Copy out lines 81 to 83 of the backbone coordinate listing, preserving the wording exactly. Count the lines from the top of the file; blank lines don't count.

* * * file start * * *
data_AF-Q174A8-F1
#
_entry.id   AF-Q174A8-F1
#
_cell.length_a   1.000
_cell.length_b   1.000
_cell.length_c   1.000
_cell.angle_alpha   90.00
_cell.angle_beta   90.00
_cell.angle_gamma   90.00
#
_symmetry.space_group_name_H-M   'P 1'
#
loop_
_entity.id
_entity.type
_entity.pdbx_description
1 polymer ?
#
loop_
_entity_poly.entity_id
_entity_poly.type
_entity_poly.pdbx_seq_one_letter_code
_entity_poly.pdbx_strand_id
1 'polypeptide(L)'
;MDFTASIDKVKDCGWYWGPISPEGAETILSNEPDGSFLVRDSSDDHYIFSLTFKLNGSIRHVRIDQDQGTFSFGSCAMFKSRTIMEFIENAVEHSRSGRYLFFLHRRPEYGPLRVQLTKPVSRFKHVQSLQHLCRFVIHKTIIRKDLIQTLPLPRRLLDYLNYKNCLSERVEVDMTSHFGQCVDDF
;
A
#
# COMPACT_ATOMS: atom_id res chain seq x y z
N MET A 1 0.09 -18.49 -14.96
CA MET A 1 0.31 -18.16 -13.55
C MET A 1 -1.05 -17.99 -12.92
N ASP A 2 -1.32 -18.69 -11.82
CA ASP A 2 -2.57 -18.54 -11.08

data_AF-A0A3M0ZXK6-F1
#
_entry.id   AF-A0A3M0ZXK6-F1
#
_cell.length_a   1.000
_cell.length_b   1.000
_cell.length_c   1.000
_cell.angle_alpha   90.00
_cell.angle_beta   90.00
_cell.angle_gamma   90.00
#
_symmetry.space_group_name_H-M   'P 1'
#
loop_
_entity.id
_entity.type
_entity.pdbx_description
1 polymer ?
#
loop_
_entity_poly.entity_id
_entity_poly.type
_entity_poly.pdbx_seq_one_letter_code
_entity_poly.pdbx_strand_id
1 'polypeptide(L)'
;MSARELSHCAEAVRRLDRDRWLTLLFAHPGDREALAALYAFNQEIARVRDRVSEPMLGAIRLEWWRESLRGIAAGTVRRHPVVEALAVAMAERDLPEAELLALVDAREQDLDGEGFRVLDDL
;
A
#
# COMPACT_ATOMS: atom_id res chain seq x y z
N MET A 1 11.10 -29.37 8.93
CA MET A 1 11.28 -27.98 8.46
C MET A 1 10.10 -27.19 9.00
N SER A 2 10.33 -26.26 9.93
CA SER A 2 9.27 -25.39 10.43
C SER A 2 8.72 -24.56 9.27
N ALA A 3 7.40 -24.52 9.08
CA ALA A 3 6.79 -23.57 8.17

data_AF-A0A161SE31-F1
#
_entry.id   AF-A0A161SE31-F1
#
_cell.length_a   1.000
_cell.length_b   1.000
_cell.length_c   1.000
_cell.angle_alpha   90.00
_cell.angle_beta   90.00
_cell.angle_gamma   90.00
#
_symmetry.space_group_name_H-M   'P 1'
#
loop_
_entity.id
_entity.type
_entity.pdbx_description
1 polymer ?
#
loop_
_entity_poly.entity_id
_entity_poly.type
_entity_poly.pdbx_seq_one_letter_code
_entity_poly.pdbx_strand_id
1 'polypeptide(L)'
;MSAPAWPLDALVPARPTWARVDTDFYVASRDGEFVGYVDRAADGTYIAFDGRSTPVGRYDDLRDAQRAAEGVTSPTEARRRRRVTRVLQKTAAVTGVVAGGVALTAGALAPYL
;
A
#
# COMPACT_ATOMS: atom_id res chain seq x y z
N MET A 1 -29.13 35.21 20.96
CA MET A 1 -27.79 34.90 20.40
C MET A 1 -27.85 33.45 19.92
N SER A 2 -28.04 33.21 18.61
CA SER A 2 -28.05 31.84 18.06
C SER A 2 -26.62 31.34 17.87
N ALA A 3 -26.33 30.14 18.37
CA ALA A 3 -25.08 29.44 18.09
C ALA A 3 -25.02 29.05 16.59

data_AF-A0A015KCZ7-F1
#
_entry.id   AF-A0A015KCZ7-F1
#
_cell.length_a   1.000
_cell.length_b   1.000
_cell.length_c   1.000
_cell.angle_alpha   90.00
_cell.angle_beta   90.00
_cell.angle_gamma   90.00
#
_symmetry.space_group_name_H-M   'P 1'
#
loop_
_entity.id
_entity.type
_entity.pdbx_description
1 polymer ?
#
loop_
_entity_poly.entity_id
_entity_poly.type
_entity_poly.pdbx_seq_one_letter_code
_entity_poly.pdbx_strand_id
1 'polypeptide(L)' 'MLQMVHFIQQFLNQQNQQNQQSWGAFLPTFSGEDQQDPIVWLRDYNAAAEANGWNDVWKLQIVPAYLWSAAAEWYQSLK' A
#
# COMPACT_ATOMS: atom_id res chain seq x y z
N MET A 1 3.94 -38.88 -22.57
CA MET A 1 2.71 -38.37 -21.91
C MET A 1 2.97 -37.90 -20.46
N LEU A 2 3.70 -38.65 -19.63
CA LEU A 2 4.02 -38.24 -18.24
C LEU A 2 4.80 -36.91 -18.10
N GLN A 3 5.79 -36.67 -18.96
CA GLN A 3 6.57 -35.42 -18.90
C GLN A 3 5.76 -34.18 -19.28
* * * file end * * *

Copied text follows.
_cell.angle_alpha   90.00
_cell.angle_beta   90.00
_cell.angle_gamma   90.00